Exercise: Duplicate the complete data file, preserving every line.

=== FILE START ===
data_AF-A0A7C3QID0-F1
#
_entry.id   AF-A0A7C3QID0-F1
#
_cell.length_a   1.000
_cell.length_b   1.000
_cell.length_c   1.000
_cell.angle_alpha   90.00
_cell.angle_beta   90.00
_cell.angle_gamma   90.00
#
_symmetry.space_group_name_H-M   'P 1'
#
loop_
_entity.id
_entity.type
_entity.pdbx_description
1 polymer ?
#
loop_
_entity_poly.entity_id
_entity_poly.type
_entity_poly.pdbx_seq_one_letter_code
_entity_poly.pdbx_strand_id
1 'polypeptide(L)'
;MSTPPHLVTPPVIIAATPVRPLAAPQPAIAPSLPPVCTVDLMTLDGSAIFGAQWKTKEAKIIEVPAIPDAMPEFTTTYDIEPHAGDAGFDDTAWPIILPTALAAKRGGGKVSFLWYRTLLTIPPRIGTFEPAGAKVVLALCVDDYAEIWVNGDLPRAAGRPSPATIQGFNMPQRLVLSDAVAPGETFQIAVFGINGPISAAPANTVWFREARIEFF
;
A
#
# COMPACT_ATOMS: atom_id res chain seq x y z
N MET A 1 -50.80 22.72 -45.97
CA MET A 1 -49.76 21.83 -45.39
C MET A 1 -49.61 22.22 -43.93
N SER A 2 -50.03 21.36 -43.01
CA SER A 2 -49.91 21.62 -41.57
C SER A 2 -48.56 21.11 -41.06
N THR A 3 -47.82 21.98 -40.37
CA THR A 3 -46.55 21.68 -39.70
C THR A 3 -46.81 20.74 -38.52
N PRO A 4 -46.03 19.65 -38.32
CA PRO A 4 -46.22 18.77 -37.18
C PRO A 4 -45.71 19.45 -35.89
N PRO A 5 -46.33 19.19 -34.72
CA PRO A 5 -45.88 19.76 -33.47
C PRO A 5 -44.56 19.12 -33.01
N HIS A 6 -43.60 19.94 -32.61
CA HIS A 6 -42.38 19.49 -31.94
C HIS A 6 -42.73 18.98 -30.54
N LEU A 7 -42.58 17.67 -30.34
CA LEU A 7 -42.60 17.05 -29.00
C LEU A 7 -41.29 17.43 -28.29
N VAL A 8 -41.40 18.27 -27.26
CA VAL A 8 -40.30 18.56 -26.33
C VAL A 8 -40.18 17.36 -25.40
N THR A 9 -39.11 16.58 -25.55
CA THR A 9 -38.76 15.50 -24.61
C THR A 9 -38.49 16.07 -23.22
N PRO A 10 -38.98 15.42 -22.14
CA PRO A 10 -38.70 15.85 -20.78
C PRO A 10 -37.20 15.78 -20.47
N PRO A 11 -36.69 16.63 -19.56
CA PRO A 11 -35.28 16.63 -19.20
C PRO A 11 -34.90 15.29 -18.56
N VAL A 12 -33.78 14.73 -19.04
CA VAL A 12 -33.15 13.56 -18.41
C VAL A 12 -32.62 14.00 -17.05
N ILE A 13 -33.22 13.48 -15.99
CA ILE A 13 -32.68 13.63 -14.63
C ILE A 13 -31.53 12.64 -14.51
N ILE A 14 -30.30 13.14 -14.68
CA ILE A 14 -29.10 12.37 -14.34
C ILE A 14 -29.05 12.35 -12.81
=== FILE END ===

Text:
data_AF-A0A7C3QID0-F1
#
_entry.id   AF-A0A7C3QID0-F1
#
_cell.length_a   1.000
_cell.length_b   1.000
_cell.length_c   1.000
_cell.angle_alpha   90.00
_cell.angle_beta   90.00
_cell.angle_gamma   90.00
#
_symmetry.space_group_name_H-M   'P 1'
#
loop_
_entity.id
_entity.type
_entity.pdbx_description
1 polymer ?
#
loop_
_entity_poly.entity_id
_entity_poly.type
_entity_poly.pdbx_seq_one_letter_code
_entity_poly.pdbx_strand_id
1 'polypeptide(L)'
;MSTPPHLVTPPVIIAATPVRPLAAPQPAIAPSLPPVCTVDLMTLDGSAIFGAQWKTKEAKIIEVPAIPDAMPEFTTTYDIEPHAGDAGFDDTAWPIILPTALAAKRGGGKVSFLWYRTLLTIPPRIGTFEPAGAKVVLALCVDDYAEIWVNGDLPRAAGRPSPATIQGFNMPQRLVLSDAVAPGETFQIAVFGINGPISAAPANTVWFREARIEFF
;
A
#
# COMPACT_ATOMS: atom_id res chain seq x y z
N MET A 1 -50.80 22.72 -45.97
CA MET A 1 -49.76 21.83 -45.39
C MET A 1 -49.61 22.22 -43.93
N SER A 2 -50.03 21.36 -43.01
CA SER A 2 -49.91 21.62 -41.57
C SER A 2 -48.56 21.11 -41.06
N THR A 3 -47.82 21.98 -40.37
CA THR A 3 -46.55 21.68 -39.70
C THR A 3 -46.81 20.74 -38.52
N PRO A 4 -46.03 19.65 -38.32
CA PRO A 4 -46.22 18.77 -37.18
C PRO A 4 -45.71 19.45 -35.89
N PRO A 5 -46.33 19.19 -34.72
CA PRO A 5 -45.88 19.76 -33.47
C PRO A 5 -44.56 19.12 -33.01
N HIS A 6 -43.60 19.94 -32.61
CA HIS A 6 -42.38 19.49 -31.94
C HIS A 6 -42.73 18.98 -30.54
N LEU A 7 -42.58 17.67 -30.34
CA LEU A 7 -42.60 17.05 -29.00
C LEU A 7 -41.29 17.43 -28.29
N VAL A 8 -41.40 18.27 -27.26
CA VAL A 8 -40.30 18.56 -26.33
C VAL A 8 -40.18 17.36 -25.40
N THR A 9 -39.11 16.58 -25.55
CA THR A 9 -38.76 15.50 -24.61
C THR A 9 -38.49 16.07 -23.22
N PRO A 10 -38.98 15.42 -22.14
CA PRO A 10 -38.70 15.85 -20.78
C PRO A 10 -37.20 15.78 -20.47
N PRO A 11 -36.69 16.63 -19.56
CA PRO A 11 -35.28 16.63 -19.20
C PRO A 11 -34.90 15.29 -18.56
N VAL A 12 -33.78 14.73 -19.04
CA VAL A 12 -33.15 13.56 -18.41
C VAL A 12 -32.62 14.00 -17.05
N ILE A 13 -33.22 13.48 -15.99
CA ILE A 13 -32.68 13.63 -14.63
C ILE A 13 -31.53 12.64 -14.51
N ILE A 14 -30.30 13.14 -14.68
CA ILE A 14 -29.10 12.37 -14.34
C ILE A 14 -29.05 12.35 -12.81